During a Senate Intelligence Committee hearing on March 12, Sen. Ron Wyden (D-Ore.) asked the intelligence czar [James Clapper] if the NSA gathers “any type of data at all on millions of Americans.”
“No, sir,” Clapper responded. “Not wittingly. There are cases where they could inadvertently perhaps collect, but not wittingly [i.e., with full awareness of what one is doing].”
Clapper’s response appears to contradict recent revelations about the agency’s large scale phone records collection program, first reported on by the Guardian last week. However, during the NBC interview, Clapper said Wyden’s question did not have a straightforward answer.
“I thought, though in retrospect, I was asked– “When are you going to start– stop beating your wife” kind of question, which is meaning not– answerable necessarily by a simple yes or no,” Clapper said in the interview, which aired Sunday. “So I responded in what I thought was the most truthful, or least untruthful, manner by saying ‘no’.”
Clapper said his remarks also reflected his definition of “collection,” which he said has a specific meaning in an intelligence context.
“What I was thinking of is looking at the Dewey Decimal numbers– of those books in that metaphorical library– to me, collection of U.S. persons’ data would mean taking the book off the shelf and opening it up and reading it,” he said.
In a Tuesday statement, Wyden said he had notified Clapper of his question in advance, and had given his office a chance to give a “straight answer” after the March hearing.
The NSA has spent many billions of dollars to collect their haystack and look for needles in it. That’s about as “witting” as it gets.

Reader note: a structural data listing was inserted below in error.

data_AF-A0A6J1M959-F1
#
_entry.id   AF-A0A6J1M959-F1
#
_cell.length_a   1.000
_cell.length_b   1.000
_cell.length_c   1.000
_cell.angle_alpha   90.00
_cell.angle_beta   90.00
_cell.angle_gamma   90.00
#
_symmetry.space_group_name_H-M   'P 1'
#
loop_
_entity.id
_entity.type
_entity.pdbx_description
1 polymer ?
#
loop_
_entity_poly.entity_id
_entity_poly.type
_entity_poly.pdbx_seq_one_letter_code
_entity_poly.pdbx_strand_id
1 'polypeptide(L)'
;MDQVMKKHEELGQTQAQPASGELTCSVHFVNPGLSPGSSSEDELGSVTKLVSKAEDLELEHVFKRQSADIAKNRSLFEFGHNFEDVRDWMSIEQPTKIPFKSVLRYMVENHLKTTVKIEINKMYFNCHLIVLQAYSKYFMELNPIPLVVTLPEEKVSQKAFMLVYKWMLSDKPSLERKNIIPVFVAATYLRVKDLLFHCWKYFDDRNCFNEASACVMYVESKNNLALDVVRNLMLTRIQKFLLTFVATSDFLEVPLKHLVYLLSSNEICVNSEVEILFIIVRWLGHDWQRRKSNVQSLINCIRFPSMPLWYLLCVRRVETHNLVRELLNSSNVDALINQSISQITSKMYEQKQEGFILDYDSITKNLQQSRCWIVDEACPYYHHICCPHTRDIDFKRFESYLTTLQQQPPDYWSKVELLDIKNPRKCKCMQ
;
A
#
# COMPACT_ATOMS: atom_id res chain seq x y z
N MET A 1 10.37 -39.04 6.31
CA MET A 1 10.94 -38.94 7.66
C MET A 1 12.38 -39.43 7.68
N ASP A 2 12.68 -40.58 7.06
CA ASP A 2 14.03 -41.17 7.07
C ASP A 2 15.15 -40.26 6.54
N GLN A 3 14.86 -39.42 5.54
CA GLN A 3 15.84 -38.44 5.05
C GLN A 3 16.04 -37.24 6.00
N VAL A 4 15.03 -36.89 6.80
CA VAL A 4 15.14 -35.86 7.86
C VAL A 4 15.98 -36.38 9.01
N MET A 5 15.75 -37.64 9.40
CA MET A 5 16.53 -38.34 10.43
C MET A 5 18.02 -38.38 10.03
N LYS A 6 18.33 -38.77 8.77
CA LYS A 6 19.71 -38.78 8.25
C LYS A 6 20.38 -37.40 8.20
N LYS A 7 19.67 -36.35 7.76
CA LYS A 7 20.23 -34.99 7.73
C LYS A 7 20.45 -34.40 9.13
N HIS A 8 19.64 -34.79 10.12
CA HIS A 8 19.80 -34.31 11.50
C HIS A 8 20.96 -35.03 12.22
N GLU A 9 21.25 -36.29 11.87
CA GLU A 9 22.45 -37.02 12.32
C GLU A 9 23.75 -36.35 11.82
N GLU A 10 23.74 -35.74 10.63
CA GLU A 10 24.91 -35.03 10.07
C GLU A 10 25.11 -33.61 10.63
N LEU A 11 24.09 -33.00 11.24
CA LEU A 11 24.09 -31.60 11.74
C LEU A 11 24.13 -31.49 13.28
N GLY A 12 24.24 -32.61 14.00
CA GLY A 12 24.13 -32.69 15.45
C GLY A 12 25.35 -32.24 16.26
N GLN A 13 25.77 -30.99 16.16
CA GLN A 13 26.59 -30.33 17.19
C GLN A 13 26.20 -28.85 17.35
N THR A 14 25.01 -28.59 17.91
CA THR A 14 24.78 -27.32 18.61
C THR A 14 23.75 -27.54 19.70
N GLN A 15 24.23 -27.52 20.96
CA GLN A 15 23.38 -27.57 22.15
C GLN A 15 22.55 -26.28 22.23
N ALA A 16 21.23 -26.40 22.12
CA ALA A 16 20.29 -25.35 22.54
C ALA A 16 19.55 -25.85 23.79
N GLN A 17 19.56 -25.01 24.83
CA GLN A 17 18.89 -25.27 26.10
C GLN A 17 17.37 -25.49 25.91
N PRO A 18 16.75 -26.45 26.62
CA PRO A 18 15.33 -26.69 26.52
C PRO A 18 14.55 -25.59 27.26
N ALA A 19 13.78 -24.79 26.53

IMHO, there has never been a clearer case of the federal crime of lying to Congress. But, like other loyal servants of the elite, Clapper will be promoted rather than prosecuted.
Update: Derek Khanna has an op-ed at Politix in which he calls for Clapper’s impeachment:
Lying to Congress is an extremely serious offense, although few have been found guilty. Roger Clemens was indicted for lying to Congress (but ultimately found innocent of perjury). Many of the cases of individuals convicted of lying to Congress arose from Watergate, including President Nixon’s Attorney General, John Mitchell, and Nixon’s Chief of staff, H.R Haldeman.
Executive officials can be impeached for “treason, bribery or other high crimes and misdemeanors.” As a non-criminal matter, there are serious grounds to argue that lying to Congress is among the most severe potential “high crimes and misdemeanors.”
Under the Constitution, Congress has a few major roles: to pass legislation and to oversee the Executive branch. The Intelligence Committee was specifically created to oversee the Intelligence Community in the wake of systemic abuses from the 1960s and 1970s. This oversight of intelligence organizations is critical to protecting average citizens from abuses that were well documented, including the wiretapping of Martin Luther King Jr. But this oversight process can only work if members of the Executive branch are honest with Congress. Members of the Executive branch know this, and these high stakes are precisely why in confrontations between the Executive and the Legislative branch, sometimes Executive branch officials try to refuse to appear before Congress – citing executive privilege.
Clapper’s statement appears to have misled the relevant Congressional Committee, and more importantly, misled Members of Congress who don’t receive the information that the Intelligence Committee receives. Ultimately these statements misled the general public. This obfuscation of the truth inhibited the Intelligence Committee from performing proper oversight, which is the primary role of the Intelligence Committee. There is little point in having an oversight committee for intelligence if members of the intelligence community can simply lie when asked questions before a hearing.
The Director of National Intelligence of the United States sat before Congress with his bare face hanging out and said “no,” when he knew the truth to be “yes.” But, appallingly, many journalists and U.S. officials are calling for the prosecution of the man who exposed the truth on that matter, Edward Snowden.